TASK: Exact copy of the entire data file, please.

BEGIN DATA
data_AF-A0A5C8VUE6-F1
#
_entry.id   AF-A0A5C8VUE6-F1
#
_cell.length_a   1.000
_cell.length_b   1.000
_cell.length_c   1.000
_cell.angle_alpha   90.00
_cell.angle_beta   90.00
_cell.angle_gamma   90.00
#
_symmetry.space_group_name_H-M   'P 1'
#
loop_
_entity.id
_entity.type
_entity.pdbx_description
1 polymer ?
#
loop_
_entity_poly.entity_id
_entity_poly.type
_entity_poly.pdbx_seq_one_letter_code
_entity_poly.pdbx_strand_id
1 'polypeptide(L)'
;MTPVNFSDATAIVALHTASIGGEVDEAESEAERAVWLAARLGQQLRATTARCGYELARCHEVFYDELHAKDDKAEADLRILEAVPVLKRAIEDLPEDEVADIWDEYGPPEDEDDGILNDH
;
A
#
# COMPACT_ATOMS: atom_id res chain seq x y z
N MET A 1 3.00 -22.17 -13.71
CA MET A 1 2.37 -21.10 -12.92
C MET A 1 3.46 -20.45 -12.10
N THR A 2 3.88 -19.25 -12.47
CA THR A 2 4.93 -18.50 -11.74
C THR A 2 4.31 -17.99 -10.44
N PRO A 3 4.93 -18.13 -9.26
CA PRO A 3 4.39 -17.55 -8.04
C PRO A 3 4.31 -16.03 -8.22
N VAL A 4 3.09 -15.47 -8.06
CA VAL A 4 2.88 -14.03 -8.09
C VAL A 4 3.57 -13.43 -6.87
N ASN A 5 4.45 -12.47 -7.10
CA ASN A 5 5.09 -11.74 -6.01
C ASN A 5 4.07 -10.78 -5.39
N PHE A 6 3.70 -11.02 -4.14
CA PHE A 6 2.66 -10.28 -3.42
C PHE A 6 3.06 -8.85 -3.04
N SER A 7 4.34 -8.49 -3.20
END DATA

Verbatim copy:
data_AF-A0A5C8VUE6-F1
#
_entry.id   AF-A0A5C8VUE6-F1
#
_cell.length_a   1.000
_cell.length_b   1.000
_cell.length_c   1.000
_cell.angle_alpha   90.00
_cell.angle_beta   90.00
_cell.angle_gamma   90.00
#
_symmetry.space_group_name_H-M   'P 1'
#
loop_
_entity.id
_entity.type
_entity.pdbx_description
1 polymer ?
#
loop_
_entity_poly.entity_id
_entity_poly.type
_entity_poly.pdbx_seq_one_letter_code
_entity_poly.pdbx_strand_id
1 'polypeptide(L)'
;MTPVNFSDATAIVALHTASIGGEVDEAESEAERAVWLAARLGQQLRATTARCGYELARCHEVFYDELHAKDDKAEADLRILEAVPVLKRAIEDLPEDEVADIWDEYGPPEDEDDGILNDH
;
A
#
# COMPACT_ATOMS: atom_id res chain seq x y z
N MET A 1 3.00 -22.17 -13.71
CA MET A 1 2.37 -21.10 -12.92
C MET A 1 3.46 -20.45 -12.10
N THR A 2 3.88 -19.25 -12.47
CA THR A 2 4.93 -18.50 -11.74
C THR A 2 4.31 -17.99 -10.44
N PRO A 3 4.93 -18.13 -9.26
CA PRO A 3 4.39 -17.55 -8.04
C PRO A 3 4.31 -16.03 -8.22
N VAL A 4 3.09 -15.47 -8.06
CA VAL A 4 2.88 -14.03 -8.09
C VAL A 4 3.57 -13.43 -6.87
N ASN A 5 4.45 -12.47 -7.10
CA ASN A 5 5.09 -11.74 -6.01
C ASN A 5 4.07 -10.78 -5.39
N PHE A 6 3.70 -11.02 -4.14
CA PHE A 6 2.66 -10.28 -3.42
C PHE A 6 3.06 -8.85 -3.04
N SER A 7 4.34 -8.49 -3.20